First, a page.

Remember back when everyone's blog was full of pictures of what they bought at the grocery store and boasting about the deals? Well, here's my version of that. This is what I bought at the German Butchery today. (If you assume that the German Butchery is a butcher shop operated by Germans, you would be in good company (with me) but incorrect. It's kind of a chain here.)
Clockwise, starting with the brown bag on the left:
2 kilos of chicken legs: about $12
1/2 kilo beef fillet: about $5
strawberry yogurt: $1.16
Temmy's Sweet Flakes: $3.63
Honey: $6.53
Rwandan Peanut Butter: $3.19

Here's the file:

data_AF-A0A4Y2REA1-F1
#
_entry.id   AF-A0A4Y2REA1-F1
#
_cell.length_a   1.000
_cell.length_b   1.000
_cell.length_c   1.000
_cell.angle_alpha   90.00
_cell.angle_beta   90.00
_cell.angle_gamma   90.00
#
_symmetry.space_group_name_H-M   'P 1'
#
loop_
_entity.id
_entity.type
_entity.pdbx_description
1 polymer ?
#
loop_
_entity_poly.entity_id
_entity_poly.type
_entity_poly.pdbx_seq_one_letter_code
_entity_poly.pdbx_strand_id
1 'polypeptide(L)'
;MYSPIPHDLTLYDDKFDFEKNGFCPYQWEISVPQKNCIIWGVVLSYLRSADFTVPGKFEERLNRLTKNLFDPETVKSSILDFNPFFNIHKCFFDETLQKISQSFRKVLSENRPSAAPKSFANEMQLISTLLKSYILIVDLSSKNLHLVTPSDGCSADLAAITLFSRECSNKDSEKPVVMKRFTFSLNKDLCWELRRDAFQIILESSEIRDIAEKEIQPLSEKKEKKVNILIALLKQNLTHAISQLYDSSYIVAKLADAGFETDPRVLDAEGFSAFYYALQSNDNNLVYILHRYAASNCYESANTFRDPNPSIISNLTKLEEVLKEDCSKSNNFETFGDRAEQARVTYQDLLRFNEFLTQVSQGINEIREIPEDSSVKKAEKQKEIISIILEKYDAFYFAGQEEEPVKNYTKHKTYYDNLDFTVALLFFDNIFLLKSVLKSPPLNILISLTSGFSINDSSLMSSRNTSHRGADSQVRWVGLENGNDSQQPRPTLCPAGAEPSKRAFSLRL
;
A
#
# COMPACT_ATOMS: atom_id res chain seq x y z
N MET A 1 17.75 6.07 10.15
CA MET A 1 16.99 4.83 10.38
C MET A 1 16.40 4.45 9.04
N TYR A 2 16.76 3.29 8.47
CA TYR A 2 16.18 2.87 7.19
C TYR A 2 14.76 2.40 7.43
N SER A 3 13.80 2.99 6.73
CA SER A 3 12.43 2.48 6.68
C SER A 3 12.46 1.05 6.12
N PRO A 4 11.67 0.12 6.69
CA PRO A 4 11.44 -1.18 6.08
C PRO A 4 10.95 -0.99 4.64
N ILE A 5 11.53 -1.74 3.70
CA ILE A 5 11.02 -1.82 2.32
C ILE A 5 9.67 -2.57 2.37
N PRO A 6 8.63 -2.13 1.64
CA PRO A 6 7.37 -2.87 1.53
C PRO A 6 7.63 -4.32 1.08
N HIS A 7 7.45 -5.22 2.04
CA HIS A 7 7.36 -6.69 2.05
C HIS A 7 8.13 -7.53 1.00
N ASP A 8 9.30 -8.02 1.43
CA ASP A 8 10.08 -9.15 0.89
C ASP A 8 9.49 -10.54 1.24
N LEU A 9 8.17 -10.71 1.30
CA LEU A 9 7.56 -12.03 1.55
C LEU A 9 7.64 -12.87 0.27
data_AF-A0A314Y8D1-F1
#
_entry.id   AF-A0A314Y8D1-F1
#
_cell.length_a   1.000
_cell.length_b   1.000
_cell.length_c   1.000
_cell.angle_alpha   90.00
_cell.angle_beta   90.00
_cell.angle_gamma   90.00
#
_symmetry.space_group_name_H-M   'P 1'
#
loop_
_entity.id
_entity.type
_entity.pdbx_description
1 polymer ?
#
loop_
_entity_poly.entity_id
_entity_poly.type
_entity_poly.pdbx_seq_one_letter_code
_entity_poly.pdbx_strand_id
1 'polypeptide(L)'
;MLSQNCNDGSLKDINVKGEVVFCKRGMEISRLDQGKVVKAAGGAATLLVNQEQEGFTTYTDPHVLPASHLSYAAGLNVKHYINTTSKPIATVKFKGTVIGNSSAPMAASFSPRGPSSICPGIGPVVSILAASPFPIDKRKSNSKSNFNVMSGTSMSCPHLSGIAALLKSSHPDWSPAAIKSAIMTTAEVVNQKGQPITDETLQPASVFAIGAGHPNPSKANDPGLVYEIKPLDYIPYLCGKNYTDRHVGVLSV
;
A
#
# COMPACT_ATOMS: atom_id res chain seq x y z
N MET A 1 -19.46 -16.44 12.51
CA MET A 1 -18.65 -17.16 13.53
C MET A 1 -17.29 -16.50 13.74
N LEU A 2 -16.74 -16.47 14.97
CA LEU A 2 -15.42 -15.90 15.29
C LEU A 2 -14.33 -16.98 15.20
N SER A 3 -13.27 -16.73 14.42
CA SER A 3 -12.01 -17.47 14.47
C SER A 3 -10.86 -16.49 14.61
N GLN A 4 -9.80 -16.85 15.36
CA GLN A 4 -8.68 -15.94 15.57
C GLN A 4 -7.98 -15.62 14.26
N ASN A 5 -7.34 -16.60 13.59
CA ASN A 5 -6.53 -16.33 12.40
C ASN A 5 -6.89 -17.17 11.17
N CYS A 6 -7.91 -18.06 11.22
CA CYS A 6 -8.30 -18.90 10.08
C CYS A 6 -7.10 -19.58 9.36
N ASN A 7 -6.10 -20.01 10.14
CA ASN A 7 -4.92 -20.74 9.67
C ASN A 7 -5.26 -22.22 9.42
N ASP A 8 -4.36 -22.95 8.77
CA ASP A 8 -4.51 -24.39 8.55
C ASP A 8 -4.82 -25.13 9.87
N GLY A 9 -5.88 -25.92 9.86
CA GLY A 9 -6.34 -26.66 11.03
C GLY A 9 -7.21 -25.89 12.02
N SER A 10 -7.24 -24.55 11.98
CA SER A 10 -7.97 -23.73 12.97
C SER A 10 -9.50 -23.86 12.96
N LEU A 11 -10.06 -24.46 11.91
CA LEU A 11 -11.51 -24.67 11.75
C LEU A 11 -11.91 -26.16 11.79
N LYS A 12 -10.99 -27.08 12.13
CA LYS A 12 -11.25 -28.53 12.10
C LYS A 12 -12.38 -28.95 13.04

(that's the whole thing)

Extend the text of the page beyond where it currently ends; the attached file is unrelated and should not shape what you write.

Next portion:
1 bag of sugar: $2.03
a tin of popcorn kernels: $2.18
Nutella: $6.53

I passed on the cheddar and feta cheese because I thought it was too pricey for something relatively unnecessary. 
So, for a little over $40, I bought meat to get us through the next couple of dinners, some goodies for breakfast and lunches and snacks. And I'm sure I'll be back at the store tomorrow. Because we don't have wide aisles, huge carts, and a minivan with automatic doors, it is difficult to do a week's worth of shopping at one time. Yes, some people do. They're much better adjusted than I. But, I'm happy and at peace with my temporary system.

Ex-pats handle it all differently. Some shop around for the best prices at the different stores. I tend to buy what I need wherever I'm at. Just like I didn't coupon in the States, I'm not spending time on the price comparisons here. We also try to look out for each other. Today a friend found (shredded!!!) mozzarella cheese and pepperonis at a store I rarely go to, and she picked me up some. Therefore, pizza will be in our future.